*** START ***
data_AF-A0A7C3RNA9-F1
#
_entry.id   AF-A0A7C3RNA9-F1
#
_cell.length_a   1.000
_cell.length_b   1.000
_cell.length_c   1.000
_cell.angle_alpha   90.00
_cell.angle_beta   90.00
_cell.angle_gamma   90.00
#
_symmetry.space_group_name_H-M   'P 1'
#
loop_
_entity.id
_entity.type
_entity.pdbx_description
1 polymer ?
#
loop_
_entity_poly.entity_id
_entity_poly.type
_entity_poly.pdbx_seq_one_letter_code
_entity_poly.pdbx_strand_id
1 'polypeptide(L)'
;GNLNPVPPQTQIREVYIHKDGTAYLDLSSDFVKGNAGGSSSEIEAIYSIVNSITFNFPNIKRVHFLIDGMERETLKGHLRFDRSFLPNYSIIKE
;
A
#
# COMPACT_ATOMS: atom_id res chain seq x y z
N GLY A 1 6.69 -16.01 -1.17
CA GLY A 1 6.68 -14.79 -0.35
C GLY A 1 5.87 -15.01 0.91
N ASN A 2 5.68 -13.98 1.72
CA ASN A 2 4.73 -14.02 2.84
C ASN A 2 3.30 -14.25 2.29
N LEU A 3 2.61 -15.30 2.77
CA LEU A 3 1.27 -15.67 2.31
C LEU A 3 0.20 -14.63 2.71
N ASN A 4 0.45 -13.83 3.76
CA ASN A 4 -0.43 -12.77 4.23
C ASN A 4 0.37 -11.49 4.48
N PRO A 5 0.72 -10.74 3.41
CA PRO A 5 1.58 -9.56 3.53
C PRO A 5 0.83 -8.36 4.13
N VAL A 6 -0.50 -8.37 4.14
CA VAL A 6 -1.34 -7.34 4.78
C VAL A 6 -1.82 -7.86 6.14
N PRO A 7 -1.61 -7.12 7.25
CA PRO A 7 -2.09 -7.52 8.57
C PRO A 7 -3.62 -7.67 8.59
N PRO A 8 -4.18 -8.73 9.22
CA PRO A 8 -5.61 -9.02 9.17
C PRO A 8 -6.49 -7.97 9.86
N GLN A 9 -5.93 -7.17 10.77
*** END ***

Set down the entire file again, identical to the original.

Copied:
data_AF-A0A7C3RNA9-F1
#
_entry.id   AF-A0A7C3RNA9-F1
#
_cell.length_a   1.000
_cell.length_b   1.000
_cell.length_c   1.000
_cell.angle_alpha   90.00
_cell.angle_beta   90.00
_cell.angle_gamma   90.00
#
_symmetry.space_group_name_H-M   'P 1'
#
loop_
_entity.id
_entity.type
_entity.pdbx_description
1 polymer ?
#
loop_
_entity_poly.entity_id
_entity_poly.type
_entity_poly.pdbx_seq_one_letter_code
_entity_poly.pdbx_strand_id
1 'polypeptide(L)'
;GNLNPVPPQTQIREVYIHKDGTAYLDLSSDFVKGNAGGSSSEIEAIYSIVNSITFNFPNIKRVHFLIDGMERETLKGHLRFDRSFLPNYSIIKE
;
A
#
# COMPACT_ATOMS: atom_id res chain seq x y z
N GLY A 1 6.69 -16.01 -1.17
CA GLY A 1 6.68 -14.79 -0.35
C GLY A 1 5.87 -15.01 0.91
N ASN A 2 5.68 -13.98 1.72
CA ASN A 2 4.73 -14.02 2.84
C ASN A 2 3.30 -14.25 2.29
N LEU A 3 2.61 -15.30 2.77
CA LEU A 3 1.27 -15.67 2.31
C LEU A 3 0.20 -14.63 2.71
N ASN A 4 0.45 -13.83 3.76
CA ASN A 4 -0.43 -12.77 4.23
C ASN A 4 0.37 -11.49 4.48
N PRO A 5 0.72 -10.74 3.41
CA PRO A 5 1.58 -9.56 3.53
C PRO A 5 0.83 -8.36 4.13
N VAL A 6 -0.50 -8.37 4.14
CA VAL A 6 -1.34 -7.34 4.78
C VAL A 6 -1.82 -7.86 6.14
N PRO A 7 -1.61 -7.12 7.25
CA PRO A 7 -2.09 -7.52 8.57
C PRO A 7 -3.62 -7.67 8.59
N PRO A 8 -4.18 -8.73 9.22
CA PRO A 8 -5.61 -9.02 9.17
C PRO A 8 -6.49 -7.97 9.86
N GLN A 9 -5.93 -7.17 10.77